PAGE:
On the other hand, the bank has been aggressive towards building its agriculture and infrastructure portfolio (about 10-11 per cent each of loan portfolio). While the rural economy is relatively unperturbed, infrastructure is perceived to be counter cyclical and relatively safer in a slowing economy. As advances to the two sectors grew by about 50 per cent each y-o-y in Q4, their share in total advances was up between 100-150 basis points. This partly emphasises the management’s strategy to manage growth and risks in these difficult times. However, with a slowing economy, expect the growth in overall advances to reduce to 25-30 per cent in FY 10, which though would still be ahead of industry growth.
Asset quality: Restructuring support
The rapid credit growth in the last five years has helped the bank grow its net interest income (5 year CAGR of 50 per cent) and fee-income at a fast pace. However, with the downturn in the economy there are concerns on non-performing assets (NPA). For now, the bank has been able to maintain gross NPA’s below 1 per cent. The bank believes that adherence to its internal rating methodology for loan approvals and prudent lending practices have helped it keeping a tab on asset quality. For instance, in loan approvals, 81 per cent of corporate advances have rating of at least ‘A’ and 77 per cent of SME advances have rating of at least ‘SME3’ as of March 2009. An ‘SME3’ is similar to a ‘A’ rating in SME.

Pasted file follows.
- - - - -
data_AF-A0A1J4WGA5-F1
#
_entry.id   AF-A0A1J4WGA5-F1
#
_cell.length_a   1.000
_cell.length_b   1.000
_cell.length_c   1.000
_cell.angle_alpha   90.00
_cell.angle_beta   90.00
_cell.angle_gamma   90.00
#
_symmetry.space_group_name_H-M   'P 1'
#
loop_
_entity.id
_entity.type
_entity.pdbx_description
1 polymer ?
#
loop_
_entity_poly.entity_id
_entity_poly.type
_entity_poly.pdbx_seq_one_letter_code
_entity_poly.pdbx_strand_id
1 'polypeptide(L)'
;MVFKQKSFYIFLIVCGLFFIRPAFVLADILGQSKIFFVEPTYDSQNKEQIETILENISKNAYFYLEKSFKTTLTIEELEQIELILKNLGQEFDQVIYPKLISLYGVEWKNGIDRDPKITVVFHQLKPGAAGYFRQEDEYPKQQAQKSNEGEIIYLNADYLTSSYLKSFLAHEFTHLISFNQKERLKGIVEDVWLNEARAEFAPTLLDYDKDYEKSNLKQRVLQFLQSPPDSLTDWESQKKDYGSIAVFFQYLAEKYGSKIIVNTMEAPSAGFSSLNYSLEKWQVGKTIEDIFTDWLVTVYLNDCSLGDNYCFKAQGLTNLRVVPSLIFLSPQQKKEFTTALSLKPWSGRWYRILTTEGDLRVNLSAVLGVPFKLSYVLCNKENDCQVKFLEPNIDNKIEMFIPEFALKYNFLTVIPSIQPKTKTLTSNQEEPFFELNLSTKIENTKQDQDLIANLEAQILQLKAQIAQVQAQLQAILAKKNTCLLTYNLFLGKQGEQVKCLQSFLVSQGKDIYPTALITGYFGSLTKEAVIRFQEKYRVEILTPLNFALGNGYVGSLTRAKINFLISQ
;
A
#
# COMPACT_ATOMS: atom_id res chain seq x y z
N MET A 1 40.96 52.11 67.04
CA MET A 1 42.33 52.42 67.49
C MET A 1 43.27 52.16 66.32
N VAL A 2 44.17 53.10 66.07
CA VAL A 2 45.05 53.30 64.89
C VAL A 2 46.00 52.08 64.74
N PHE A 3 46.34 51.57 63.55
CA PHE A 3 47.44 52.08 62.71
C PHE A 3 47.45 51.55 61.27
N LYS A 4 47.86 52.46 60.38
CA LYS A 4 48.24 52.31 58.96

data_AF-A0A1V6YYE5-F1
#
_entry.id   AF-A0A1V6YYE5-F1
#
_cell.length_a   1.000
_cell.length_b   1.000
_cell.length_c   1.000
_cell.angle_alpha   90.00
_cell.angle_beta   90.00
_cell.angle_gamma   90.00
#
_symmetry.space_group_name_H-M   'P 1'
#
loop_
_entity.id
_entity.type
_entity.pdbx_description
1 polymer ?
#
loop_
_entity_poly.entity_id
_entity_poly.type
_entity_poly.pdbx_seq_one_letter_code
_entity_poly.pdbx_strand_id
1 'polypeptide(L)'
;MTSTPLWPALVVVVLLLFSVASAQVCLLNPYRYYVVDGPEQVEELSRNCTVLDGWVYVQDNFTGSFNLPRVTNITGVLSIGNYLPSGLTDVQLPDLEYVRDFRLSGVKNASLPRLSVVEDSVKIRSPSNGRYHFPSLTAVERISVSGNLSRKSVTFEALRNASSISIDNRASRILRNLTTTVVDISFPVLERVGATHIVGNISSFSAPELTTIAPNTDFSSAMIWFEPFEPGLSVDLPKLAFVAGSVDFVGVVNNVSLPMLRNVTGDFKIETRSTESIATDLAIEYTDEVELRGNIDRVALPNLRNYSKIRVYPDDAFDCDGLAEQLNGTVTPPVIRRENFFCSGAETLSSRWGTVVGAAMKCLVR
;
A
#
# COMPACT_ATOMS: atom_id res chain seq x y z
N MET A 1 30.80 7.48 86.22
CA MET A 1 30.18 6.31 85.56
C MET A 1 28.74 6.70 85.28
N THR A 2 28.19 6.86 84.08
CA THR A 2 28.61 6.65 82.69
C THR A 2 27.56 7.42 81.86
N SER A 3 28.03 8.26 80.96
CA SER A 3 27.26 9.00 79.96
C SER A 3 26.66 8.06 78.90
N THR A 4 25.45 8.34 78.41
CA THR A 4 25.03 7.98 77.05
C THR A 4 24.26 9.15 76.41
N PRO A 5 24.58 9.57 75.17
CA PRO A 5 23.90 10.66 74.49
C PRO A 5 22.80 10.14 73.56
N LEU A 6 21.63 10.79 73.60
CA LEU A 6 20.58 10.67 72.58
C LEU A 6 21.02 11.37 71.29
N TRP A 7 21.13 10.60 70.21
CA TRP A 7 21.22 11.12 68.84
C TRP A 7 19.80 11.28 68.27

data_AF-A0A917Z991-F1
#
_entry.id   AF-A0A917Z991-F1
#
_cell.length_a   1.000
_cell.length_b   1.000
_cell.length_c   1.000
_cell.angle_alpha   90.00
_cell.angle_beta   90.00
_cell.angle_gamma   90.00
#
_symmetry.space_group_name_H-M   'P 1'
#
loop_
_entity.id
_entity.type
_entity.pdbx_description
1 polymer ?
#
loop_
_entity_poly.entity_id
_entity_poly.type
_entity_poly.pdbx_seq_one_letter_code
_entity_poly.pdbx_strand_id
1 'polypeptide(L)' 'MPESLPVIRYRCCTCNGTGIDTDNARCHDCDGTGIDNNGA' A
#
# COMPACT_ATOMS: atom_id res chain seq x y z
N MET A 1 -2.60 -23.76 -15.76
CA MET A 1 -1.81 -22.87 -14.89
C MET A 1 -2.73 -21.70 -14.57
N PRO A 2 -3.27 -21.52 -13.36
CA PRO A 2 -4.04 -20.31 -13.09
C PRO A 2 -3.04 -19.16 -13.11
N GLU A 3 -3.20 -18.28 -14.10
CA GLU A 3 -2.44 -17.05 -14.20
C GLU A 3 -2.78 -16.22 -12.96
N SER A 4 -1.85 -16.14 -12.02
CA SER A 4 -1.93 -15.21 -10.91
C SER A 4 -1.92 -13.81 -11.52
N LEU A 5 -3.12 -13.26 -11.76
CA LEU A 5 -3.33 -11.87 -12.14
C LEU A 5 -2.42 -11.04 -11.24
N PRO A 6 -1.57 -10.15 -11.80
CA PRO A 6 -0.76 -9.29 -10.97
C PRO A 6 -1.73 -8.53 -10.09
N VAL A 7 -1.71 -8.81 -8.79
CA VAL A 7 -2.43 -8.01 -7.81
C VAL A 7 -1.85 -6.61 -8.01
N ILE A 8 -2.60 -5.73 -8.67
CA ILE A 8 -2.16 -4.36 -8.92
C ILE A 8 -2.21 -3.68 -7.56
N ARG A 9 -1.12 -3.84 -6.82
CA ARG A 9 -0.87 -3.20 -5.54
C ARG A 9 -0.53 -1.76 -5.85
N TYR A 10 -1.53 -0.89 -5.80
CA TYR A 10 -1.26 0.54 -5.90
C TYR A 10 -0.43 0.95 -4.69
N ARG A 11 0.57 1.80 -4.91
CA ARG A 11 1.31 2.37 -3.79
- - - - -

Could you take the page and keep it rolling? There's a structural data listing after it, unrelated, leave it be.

Additional measures undertaken in the recent past include the cautious stance towards export-oriented sectors like textiles, gems and jewellery, which are bearing the brunt of the global meltdown. For example, the bank has been securing 100 per cent cash collateral from customers in gems and jewellery. Such measures, it believes, will stand it in good stead.
Axis Bank has also been following an aggressive policy in terms of writing-off bad loans. Lately, it increased the provision coverage to 63.6 per cent (from 56.6 per cent earlier), though it is still lower than desired levels of 75-80 per cent.